The sentencing came after the court heard that Mrs Rausing's body was found in an advanced state of decomposition on July 9 in a sealed annexe on the second floor of the couple's multimillion-pound house in Chelsea.
The search was undertaken after Rausing was stopped in his car by police in Wandsworth, south west London, earlier that day following reports that he was driving erratically.
An earlier hearing at West London Magistrates' Court was told that her body was found on the floor, to the right of a bed, under a "large quantity of bedding, clothes, and bin bags stuck together with gaffer tape".
Alexander Cameron QC, defending Rausing, said a psychiatrist's report described him as a "shy and socially awkward" man who was "very ill at ease in the company of others" and has a history of withdrawing into himself.
The court was told he was "totally dependent" on his wife, with whom he had a loving relationship.
Rausing said in a prepared statement to the police, read to the court, after the discovery of her body: "I fully understand that my wife of 19 years is dead and I am devastated, particularly for my children, by her death."
In the statement, he denied supplying her with drugs. "I have been very traumatised since her death. I do not know what caused her death, I did not feel able to confront the reality of her death."
Mr Cameron told the court that a psychiatrist's report described Rausing's reaction to his wife's death as one of "overwhelming emotional trauma".
Rausing is said to have told the psychiatrist: "I know it is selfish but I just didn't want her to leave."
Prosecutor James O'Connell told the court that drug paraphernalia was found in Rausing's car when he was stopped and a search of the vehicle revealed a "substantial" amount of post addressed to his wife.
"The defendant appeared to be under the influence of one substance or another," Mr O'Connell told the court.
Blood taken from Rausing revealed the use of drugs including cocaine, morphine, diazepam and temazepam, the court heard.
When asked where Mrs Rausing was, Rausing told officers she had been in the US for the past two weeks, Mr O'Connell said.
Mrs Rausing had returned to the UK on April 29 and she met her financial adviser on May 3, the last time she was seen by witnesses.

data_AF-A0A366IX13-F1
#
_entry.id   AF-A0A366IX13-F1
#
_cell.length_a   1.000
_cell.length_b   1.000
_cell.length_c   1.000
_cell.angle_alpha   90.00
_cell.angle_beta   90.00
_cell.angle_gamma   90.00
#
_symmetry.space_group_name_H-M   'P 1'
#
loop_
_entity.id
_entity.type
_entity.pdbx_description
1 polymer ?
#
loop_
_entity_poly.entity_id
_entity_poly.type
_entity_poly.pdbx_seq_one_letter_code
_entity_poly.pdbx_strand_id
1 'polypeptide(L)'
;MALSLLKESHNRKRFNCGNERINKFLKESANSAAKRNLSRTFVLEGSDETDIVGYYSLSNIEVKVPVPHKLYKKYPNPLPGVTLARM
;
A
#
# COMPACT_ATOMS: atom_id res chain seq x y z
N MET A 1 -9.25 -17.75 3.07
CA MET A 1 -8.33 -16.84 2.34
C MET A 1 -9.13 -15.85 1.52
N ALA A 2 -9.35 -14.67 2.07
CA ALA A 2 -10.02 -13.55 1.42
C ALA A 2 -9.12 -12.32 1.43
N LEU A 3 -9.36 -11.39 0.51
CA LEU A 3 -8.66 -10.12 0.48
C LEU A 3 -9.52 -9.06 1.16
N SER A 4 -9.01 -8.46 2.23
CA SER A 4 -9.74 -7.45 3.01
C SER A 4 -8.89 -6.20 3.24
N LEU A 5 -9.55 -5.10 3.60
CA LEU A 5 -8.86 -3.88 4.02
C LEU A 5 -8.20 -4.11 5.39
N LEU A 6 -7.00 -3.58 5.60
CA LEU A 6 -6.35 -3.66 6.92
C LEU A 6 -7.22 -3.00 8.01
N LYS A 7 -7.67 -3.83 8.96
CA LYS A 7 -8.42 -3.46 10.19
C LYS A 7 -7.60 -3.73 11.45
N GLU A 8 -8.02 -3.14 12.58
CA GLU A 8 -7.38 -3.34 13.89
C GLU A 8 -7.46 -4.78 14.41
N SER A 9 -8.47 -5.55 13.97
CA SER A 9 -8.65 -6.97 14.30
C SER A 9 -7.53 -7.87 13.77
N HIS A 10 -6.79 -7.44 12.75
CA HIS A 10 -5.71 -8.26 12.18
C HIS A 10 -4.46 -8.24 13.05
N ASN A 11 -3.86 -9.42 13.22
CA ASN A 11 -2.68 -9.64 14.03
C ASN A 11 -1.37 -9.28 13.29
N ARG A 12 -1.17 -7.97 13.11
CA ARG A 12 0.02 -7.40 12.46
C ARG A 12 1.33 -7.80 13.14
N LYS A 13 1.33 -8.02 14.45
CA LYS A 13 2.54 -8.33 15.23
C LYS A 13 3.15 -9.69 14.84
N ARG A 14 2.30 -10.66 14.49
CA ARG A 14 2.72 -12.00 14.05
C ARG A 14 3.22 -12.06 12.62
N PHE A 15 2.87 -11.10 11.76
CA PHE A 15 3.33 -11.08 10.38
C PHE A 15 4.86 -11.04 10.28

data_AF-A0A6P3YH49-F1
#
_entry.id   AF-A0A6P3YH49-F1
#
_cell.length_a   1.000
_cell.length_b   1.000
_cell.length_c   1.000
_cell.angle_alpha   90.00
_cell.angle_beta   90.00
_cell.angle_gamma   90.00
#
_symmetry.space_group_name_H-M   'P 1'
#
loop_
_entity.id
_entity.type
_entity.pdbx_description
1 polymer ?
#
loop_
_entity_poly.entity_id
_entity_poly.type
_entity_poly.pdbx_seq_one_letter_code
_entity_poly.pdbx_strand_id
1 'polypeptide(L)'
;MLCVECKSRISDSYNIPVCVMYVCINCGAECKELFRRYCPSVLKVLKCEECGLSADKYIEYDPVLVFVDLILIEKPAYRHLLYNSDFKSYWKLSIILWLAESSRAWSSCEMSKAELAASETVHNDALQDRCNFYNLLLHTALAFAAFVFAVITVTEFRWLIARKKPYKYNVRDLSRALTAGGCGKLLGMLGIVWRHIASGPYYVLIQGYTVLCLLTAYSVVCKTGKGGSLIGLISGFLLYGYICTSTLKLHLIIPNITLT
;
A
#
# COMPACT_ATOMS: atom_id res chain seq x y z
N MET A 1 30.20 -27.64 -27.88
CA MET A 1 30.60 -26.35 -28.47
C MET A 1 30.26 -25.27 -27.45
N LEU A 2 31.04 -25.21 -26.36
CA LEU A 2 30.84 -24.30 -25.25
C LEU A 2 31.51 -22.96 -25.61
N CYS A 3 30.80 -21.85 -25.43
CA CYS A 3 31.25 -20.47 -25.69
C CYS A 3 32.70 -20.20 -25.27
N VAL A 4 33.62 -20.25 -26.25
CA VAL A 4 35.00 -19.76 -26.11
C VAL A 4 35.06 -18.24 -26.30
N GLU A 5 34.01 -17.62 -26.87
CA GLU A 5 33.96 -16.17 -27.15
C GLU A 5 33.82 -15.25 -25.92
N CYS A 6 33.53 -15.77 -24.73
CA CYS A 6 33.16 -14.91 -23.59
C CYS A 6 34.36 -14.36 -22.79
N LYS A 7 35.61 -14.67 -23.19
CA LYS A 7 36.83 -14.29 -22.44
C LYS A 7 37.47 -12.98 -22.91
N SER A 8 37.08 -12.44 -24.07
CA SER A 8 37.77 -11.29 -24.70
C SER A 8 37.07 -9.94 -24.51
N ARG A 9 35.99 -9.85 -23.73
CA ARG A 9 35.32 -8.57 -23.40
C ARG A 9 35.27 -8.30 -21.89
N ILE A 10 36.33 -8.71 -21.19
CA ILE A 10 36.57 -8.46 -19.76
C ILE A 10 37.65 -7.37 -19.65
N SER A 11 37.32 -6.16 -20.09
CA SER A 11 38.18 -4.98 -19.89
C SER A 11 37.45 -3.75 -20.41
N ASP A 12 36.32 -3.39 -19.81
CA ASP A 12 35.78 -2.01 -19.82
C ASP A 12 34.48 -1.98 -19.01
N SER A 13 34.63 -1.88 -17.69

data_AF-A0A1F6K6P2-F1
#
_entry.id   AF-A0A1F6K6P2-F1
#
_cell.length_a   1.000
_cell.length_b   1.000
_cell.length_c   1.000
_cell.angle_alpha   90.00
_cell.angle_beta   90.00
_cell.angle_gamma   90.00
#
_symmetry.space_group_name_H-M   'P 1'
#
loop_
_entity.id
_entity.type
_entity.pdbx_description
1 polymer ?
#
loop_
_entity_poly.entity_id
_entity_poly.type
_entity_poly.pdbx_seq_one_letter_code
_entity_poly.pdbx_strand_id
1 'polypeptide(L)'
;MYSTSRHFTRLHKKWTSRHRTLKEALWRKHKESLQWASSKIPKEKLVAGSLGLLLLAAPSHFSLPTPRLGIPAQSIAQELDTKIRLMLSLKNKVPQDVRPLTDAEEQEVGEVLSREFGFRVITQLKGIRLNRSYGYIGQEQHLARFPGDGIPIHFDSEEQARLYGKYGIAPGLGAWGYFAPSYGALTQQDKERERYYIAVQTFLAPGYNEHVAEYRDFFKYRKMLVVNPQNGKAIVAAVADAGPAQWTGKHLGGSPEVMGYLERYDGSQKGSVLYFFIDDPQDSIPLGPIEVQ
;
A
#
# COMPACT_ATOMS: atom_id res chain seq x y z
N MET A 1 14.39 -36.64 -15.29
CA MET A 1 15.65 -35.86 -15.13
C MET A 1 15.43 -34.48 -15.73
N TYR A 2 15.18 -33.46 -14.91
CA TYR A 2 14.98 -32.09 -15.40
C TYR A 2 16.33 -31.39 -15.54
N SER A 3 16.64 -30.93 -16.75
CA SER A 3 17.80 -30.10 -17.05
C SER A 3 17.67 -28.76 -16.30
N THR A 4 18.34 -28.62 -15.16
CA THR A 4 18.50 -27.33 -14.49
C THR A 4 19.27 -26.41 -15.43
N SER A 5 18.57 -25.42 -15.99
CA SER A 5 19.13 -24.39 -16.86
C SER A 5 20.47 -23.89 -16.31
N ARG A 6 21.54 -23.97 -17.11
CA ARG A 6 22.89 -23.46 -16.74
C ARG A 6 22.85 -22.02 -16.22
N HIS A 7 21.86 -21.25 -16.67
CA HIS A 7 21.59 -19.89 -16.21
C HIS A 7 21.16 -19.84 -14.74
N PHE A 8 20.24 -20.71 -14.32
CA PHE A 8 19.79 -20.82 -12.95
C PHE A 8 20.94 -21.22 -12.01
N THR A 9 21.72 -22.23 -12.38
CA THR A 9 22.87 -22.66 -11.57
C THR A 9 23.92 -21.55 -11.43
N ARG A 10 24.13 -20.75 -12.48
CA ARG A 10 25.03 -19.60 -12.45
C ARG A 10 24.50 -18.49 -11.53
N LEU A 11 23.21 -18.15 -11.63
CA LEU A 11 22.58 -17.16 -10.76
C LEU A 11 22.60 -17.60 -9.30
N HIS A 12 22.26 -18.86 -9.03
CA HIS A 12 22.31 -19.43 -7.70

She expressed concerns about her husband's "chaotic lifestyle", Mr O'Connell told the court.
He said a post-mortem examination was conducted, which suggested that the date of death was May 7. Samples taken from her body indicated the presence of drugs, "in particular" cocaine, he said.
Mr Cameron told the court that a psychiatrist's report described Rausing as suffering from "severe anxiety and feelings of inferiority" with a "tendency to medicate his anxieties by drug-taking".
Rausing became addicted to drugs while travelling in his early 20s.
He met his wife in rehabilitation in 1989 when he was 26 and she was 25.
The couple emerged from rehab and were married in 1992, having four children.
The couple had a "loving relationship" and formed a "loving family unit". They were described by those who worked from them as nice and down-to-earth people.
But the process of "total abstinence of the rehabilitation process" was moderately "loosened" on New Year's Eve 1999/2000 at the turn of the Millennium by "Eva's urge to have a glass of champagne".
They both did - and the addiction began "slowly and surely" to take hold again.
The court was told that a toxicology report revealed traces of cocaine, opiates, and amphetamimes in Mrs Rausing's body.
Rausing will not face any further charges in relation to the incident.
He was also disqualified from driving for two years, his licence was endorsed and he was ordered to pay prosecution costs of £1,000.